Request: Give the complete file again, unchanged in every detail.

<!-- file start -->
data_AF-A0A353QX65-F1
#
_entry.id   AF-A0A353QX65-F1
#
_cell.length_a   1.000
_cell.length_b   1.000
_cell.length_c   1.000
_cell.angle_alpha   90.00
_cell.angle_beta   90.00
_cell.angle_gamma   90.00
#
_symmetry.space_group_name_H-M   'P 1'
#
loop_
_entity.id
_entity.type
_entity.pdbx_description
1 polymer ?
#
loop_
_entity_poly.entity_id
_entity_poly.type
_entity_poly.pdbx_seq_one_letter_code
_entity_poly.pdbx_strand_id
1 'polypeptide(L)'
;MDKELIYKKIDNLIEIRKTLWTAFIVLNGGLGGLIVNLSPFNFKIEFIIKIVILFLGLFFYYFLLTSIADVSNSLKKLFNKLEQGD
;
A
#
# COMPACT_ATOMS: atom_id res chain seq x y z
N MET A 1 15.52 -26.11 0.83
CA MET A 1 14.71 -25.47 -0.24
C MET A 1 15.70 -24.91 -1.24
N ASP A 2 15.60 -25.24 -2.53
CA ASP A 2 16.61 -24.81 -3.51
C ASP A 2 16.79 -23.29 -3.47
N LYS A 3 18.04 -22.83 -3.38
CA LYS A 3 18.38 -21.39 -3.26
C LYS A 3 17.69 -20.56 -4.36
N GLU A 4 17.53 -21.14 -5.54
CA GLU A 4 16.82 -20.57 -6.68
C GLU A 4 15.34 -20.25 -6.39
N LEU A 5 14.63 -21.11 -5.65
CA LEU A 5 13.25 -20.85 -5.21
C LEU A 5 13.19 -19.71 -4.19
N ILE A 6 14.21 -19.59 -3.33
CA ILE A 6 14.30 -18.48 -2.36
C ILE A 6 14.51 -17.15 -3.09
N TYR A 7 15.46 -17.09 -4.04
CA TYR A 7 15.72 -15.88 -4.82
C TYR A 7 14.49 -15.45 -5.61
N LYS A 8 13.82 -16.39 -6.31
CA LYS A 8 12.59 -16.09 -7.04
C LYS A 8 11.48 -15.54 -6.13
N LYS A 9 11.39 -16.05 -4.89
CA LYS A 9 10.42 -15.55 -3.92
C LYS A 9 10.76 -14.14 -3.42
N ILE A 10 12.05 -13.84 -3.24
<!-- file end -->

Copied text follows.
data_AF-A0A353QX65-F1
#
_entry.id   AF-A0A353QX65-F1
#
_cell.length_a   1.000
_cell.length_b   1.000
_cell.length_c   1.000
_cell.angle_alpha   90.00
_cell.angle_beta   90.00
_cell.angle_gamma   90.00
#
_symmetry.space_group_name_H-M   'P 1'
#
loop_
_entity.id
_entity.type
_entity.pdbx_description
1 polymer ?
#
loop_
_entity_poly.entity_id
_entity_poly.type
_entity_poly.pdbx_seq_one_letter_code
_entity_poly.pdbx_strand_id
1 'polypeptide(L)'
;MDKELIYKKIDNLIEIRKTLWTAFIVLNGGLGGLIVNLSPFNFKIEFIIKIVILFLGLFFYYFLLTSIADVSNSLKKLFNKLEQGD
;
A
#
# COMPACT_ATOMS: atom_id res chain seq x y z
N MET A 1 15.52 -26.11 0.83
CA MET A 1 14.71 -25.47 -0.24
C MET A 1 15.70 -24.91 -1.24
N ASP A 2 15.60 -25.24 -2.53
CA ASP A 2 16.61 -24.81 -3.51
C ASP A 2 16.79 -23.29 -3.47
N LYS A 3 18.04 -22.83 -3.38
CA LYS A 3 18.38 -21.39 -3.26
C LYS A 3 17.69 -20.56 -4.36
N GLU A 4 17.53 -21.14 -5.54
CA GLU A 4 16.82 -20.57 -6.68
C GLU A 4 15.34 -20.25 -6.39
N LEU A 5 14.63 -21.11 -5.65
CA LEU A 5 13.25 -20.85 -5.21
C LEU A 5 13.19 -19.71 -4.19
N ILE A 6 14.21 -19.59 -3.33
CA ILE A 6 14.30 -18.48 -2.36
C ILE A 6 14.51 -17.15 -3.09
N TYR A 7 15.46 -17.09 -4.04
CA TYR A 7 15.72 -15.88 -4.82
C TYR A 7 14.49 -15.45 -5.61
N LYS A 8 13.82 -16.39 -6.31
CA LYS A 8 12.59 -16.09 -7.04
C LYS A 8 11.48 -15.54 -6.13
N LYS A 9 11.39 -16.05 -4.89
CA LYS A 9 10.42 -15.55 -3.92
C LYS A 9 10.76 -14.14 -3.42
N ILE A 10 12.05 -13.84 -3.24